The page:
Electronic nose sniffs out asthma
MedWire News: Researchers have found that an electronic nose that detects and identifies patterns of volatile organic compounds (VOCs) in exhaled breath is effective for diagnosing asthma, particularly when combined with fractional exhaled nitric oxide (FeNO) measurements.
Previous studies have shown that VOC patterns in exhaled breath from patients with asthma are different from those in people without the respiratory condition, indicating that the identification of such patterns “is potentially useful as a biomarker of asthma,” explain Paolo Montuschi (Catholic University of the Sacred Heart, Rome, Italy) and colleagues.
The team therefore compared the diagnostic performance of an electronic nose prototype with that of lung function testing and FeNO measurement in 27 patients with previously diagnosed intermittent or persistent mild atopic asthma and 24 healthy participants without the condition who were aged between 30 and 42 years.
The electronic nose was used to analyze both total and alveolar exhaled breath. Alveolar air was collected after discarding the first 150 ml of total exhaled breath, leaving breath principally derived from the alveolar compartment.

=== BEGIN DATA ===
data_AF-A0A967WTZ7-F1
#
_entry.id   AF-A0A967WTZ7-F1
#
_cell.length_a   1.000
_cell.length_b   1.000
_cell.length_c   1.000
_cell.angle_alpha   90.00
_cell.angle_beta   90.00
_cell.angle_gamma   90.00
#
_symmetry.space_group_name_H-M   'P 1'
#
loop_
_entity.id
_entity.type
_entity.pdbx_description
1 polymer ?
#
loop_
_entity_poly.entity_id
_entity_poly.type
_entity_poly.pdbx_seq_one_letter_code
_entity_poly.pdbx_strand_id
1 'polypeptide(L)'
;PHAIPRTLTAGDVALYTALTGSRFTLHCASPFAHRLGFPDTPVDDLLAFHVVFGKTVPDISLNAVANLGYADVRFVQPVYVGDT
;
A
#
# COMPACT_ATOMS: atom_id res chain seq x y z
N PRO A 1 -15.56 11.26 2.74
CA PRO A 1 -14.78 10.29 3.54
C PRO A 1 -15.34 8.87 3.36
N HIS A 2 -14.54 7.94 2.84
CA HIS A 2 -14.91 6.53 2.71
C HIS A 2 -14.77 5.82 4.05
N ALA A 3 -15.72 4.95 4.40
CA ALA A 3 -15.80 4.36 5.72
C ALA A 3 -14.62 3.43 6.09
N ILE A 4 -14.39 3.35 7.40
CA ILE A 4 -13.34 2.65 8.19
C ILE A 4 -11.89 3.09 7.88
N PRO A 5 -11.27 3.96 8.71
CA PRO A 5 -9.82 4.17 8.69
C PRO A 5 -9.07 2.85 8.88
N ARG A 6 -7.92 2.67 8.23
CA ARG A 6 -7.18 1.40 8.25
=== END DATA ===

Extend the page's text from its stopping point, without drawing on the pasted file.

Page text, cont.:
Mass spectrometry fingerprinting of VOCs in exhaled breath from seven participants in each group was also used to confirm differential VOC patterns.
The electronic nose produced the best results when analysis was performed on alveolar air, the team notes in the journal Chest.
They found that the electronic nose had the best diagnostic accuracy of the three techniques, at 87.5% compared with 79.2% and 70.8% with FeNO measurement and lung function testing, respectively.
Further analysis showed that a combination of the electronic nose and FeNO measurement was best for diagnosing asthma, with a diagnostic accuracy of 95.8%.
Montuschi and team conclude: “The electronic nose has a high diagnostic performance that can be increased when combined with FeNO.”
They add: “Large studies are now required to definitively establish the diagnostic performance of the electronic nose. Whether this integrated noninvasive approach will translate into an early diagnosis of asthma has to be clarified.”
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By Mark Cowen